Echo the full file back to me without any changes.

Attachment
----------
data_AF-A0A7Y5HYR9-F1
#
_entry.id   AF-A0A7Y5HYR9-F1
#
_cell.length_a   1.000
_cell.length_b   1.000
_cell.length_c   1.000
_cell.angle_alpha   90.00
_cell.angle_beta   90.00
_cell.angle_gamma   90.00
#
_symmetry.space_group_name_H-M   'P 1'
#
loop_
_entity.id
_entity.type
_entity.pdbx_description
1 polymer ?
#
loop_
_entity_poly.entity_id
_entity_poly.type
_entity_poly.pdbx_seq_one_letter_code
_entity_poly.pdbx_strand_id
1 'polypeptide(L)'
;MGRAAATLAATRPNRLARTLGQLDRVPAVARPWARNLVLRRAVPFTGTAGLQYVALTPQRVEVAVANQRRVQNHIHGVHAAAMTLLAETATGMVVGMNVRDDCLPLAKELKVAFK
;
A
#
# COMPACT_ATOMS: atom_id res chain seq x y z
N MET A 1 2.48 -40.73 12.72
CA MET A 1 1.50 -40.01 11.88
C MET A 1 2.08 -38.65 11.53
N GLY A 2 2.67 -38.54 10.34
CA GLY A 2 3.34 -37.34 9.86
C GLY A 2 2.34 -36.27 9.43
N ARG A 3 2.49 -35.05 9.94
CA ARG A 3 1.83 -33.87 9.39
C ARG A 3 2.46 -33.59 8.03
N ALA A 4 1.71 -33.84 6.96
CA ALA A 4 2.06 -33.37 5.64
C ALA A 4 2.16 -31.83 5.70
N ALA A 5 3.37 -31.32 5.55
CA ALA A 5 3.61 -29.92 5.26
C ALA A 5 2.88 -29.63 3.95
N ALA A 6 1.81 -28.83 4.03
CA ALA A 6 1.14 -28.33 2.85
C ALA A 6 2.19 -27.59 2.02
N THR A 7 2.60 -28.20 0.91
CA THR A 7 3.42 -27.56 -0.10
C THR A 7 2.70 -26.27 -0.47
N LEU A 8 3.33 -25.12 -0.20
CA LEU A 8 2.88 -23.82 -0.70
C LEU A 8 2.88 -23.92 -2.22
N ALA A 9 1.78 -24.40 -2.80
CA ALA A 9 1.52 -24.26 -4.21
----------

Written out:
data_AF-A0A7Y5HYR9-F1
#
_entry.id   AF-A0A7Y5HYR9-F1
#
_cell.length_a   1.000
_cell.length_b   1.000
_cell.length_c   1.000
_cell.angle_alpha   90.00
_cell.angle_beta   90.00
_cell.angle_gamma   90.00
#
_symmetry.space_group_name_H-M   'P 1'
#
loop_
_entity.id
_entity.type
_entity.pdbx_description
1 polymer ?
#
loop_
_entity_poly.entity_id
_entity_poly.type
_entity_poly.pdbx_seq_one_letter_code
_entity_poly.pdbx_strand_id
1 'polypeptide(L)'
;MGRAAATLAATRPNRLARTLGQLDRVPAVARPWARNLVLRRAVPFTGTAGLQYVALTPQRVEVAVANQRRVQNHIHGVHAAAMTLLAETATGMVVGMNVRDDCLPLAKELKVAFK
;
A
#
# COMPACT_ATOMS: atom_id res chain seq x y z
N MET A 1 2.48 -40.73 12.72
CA MET A 1 1.50 -40.01 11.88
C MET A 1 2.08 -38.65 11.53
N GLY A 2 2.67 -38.54 10.34
CA GLY A 2 3.34 -37.34 9.86
C GLY A 2 2.34 -36.27 9.43
N ARG A 3 2.49 -35.05 9.94
CA ARG A 3 1.83 -33.87 9.39
C ARG A 3 2.46 -33.59 8.03
N ALA A 4 1.71 -33.84 6.96
CA ALA A 4 2.06 -33.37 5.64
C ALA A 4 2.16 -31.83 5.70
N ALA A 5 3.37 -31.32 5.55
CA ALA A 5 3.61 -29.92 5.26
C ALA A 5 2.88 -29.63 3.95
N ALA A 6 1.81 -28.83 4.03
CA ALA A 6 1.14 -28.33 2.85
C ALA A 6 2.19 -27.59 2.02
N THR A 7 2.60 -28.20 0.91
CA THR A 7 3.42 -27.56 -0.10
C THR A 7 2.70 -26.27 -0.47
N LEU A 8 3.33 -25.12 -0.20
CA LEU A 8 2.88 -23.82 -0.70
C LEU A 8 2.88 -23.92 -2.22
N ALA A 9 1.78 -24.40 -2.80
CA ALA A 9 1.52 -24.26 -4.21